Next is whether or not Oliveira did have a patent pending and before the date of the meeting. The answer to that appears to be a resounding "yes."
The patents are manifestly legitimate and the designs of Oliveira's SMATCAM and Huawei's EnVizion are remarkably similar. These two facts combined with the alleged (but seemingly likely) meeting between the two parties does appear to paint a troubling picture of injustice; the age-old story of an industry behemoth exploiting the "little guy".
But the story gets all the more troubling with how Huawei handled this allegation.
"I started talking with them, the director of legal affairs in the USA, Mrs. K D Schull and Mr. Chenlu ... After several emails, he [claims] that [he] can't talk to me anymore because I don't have an American attorney." This is truly bizarre statement I had to qualify with Oliveira, but he says they did indeed tell him they can't talk to him further until he has a U.S attorney. So, Oliveira sells his home and hires Mr. George Neuner, a U.S attorney, to represent him as of 1st September 2018. That's correct, Oliveira sold his house after discussions with his family in order pursue Huawei over the patent. I had to check this with him as while admirable in the the pursuit of justice, it's a risky and bold move. He said "Yes. Due to what I spent with making the patents and attorneys here in Portugal and then in the US." His wife agreed to the sale to fund the case and the home was quickly sold, displacing Oliveira, his wife, and their young daughter.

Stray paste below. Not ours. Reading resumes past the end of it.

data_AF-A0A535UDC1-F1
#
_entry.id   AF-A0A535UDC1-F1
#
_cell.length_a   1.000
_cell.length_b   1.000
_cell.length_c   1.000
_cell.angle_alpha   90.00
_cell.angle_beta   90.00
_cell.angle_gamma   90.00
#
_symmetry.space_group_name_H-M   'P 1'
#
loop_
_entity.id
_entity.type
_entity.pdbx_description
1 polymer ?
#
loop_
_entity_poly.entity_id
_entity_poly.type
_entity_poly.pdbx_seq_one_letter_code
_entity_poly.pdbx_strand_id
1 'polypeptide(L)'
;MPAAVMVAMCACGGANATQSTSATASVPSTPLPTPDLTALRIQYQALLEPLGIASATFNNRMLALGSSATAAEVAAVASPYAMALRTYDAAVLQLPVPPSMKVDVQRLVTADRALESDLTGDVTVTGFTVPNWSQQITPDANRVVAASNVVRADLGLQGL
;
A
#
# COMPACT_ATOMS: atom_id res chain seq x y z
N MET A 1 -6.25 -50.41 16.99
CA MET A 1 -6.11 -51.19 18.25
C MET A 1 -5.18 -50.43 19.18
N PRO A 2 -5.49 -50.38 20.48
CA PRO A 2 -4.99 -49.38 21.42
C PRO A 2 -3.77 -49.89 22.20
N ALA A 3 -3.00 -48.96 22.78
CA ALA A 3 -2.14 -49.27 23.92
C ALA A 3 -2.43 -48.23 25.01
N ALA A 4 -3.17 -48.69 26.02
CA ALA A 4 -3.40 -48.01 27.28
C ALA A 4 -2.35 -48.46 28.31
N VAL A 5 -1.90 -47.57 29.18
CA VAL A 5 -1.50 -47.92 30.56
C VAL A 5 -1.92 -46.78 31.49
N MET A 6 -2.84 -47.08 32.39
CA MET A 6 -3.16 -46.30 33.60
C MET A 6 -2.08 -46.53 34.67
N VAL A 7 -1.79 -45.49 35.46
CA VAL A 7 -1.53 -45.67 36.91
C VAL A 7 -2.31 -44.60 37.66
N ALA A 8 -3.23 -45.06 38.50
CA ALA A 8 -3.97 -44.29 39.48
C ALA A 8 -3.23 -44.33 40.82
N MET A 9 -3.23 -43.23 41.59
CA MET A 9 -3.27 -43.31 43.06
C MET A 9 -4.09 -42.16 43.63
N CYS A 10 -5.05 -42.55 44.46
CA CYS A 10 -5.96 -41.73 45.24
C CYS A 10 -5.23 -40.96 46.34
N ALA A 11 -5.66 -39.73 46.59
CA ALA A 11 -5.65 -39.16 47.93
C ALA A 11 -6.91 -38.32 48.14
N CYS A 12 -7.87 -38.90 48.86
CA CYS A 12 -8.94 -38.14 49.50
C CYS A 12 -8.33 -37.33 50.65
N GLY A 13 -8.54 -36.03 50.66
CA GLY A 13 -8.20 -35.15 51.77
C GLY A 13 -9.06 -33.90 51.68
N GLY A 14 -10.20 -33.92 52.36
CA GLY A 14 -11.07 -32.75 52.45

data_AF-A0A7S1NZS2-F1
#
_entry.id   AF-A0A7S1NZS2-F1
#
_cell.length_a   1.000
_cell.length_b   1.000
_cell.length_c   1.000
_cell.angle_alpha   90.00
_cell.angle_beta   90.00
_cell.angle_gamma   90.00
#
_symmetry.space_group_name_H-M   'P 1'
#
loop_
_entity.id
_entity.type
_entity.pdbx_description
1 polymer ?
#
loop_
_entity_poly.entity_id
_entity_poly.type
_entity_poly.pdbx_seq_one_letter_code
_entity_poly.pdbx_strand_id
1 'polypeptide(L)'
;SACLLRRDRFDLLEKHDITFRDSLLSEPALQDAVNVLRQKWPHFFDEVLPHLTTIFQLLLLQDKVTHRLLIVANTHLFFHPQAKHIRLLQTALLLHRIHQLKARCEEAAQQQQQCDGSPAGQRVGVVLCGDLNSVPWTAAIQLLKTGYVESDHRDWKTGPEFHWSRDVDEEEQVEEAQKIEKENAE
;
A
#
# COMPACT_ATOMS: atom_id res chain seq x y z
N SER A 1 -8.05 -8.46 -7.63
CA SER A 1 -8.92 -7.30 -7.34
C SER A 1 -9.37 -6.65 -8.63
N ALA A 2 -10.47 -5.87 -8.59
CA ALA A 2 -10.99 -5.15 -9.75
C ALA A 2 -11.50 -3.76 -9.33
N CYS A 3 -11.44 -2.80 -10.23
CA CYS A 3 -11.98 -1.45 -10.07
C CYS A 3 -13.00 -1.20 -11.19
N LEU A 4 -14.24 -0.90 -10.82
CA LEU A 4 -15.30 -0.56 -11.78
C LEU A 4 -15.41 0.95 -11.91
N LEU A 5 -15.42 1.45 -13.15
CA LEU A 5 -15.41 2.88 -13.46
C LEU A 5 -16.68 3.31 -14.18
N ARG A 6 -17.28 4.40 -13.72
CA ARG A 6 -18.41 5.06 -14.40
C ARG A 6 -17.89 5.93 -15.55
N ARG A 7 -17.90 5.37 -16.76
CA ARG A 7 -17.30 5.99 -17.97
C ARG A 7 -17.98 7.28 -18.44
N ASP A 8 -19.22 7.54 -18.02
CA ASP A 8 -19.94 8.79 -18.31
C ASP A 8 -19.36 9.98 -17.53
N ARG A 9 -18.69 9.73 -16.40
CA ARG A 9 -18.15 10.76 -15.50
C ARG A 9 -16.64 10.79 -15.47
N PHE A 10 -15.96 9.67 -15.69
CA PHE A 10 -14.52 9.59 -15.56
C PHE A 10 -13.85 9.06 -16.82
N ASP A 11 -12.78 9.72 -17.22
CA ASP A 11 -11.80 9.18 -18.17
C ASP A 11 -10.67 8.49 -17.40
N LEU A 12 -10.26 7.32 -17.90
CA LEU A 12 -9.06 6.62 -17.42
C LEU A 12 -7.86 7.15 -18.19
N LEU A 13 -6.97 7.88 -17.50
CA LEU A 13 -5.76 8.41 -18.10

Neuner resumed contact with Schull who informed him that "the negotiation will be with Mr. Chen." Oliveira tells me that during all the consequent conversations over the next 5 months, there was always a hold up. He says that something was always missing, be it a signature, or relevant parties at Huawei being away on business trips. Oliveira believes that this is a tactic to run the clock down to the point where he is unable to afford the services of Neuner and will be forced to drop the case.
No End in Sight
Before writing this article I asked for a final update on the situation with Huawei. He claims they are still putting blockades up and he believes they are trying to grind him down and make him quit by taking months to resolve what could be fixed in mere minutes. His case has had no publicity asides a few hundred shares on Facebook by family and friends. Upon hearing his story, I had to resist the urge to be instantly outraged and come at the claims objectively. I reached out to Huawei to get a response from them in any way, shape, or form; even if they were just to deny the claims, but try as I might, they won't reply.
It's uncomfortable to imagine that a company of the size of Huawei can steal patent pending ideas from inventors and march on free from consequence, should that be the case. The seeming impunity is infuriating even to a reader, so one can scarcely empathize enough with Rui Pedro Oliveira and his family whose livelihood is under threat because a tech giant can ride waves of allegations until they dissipate.
What are your thoughts on this case? Oliveira would appreciate any assistant in spreading his story.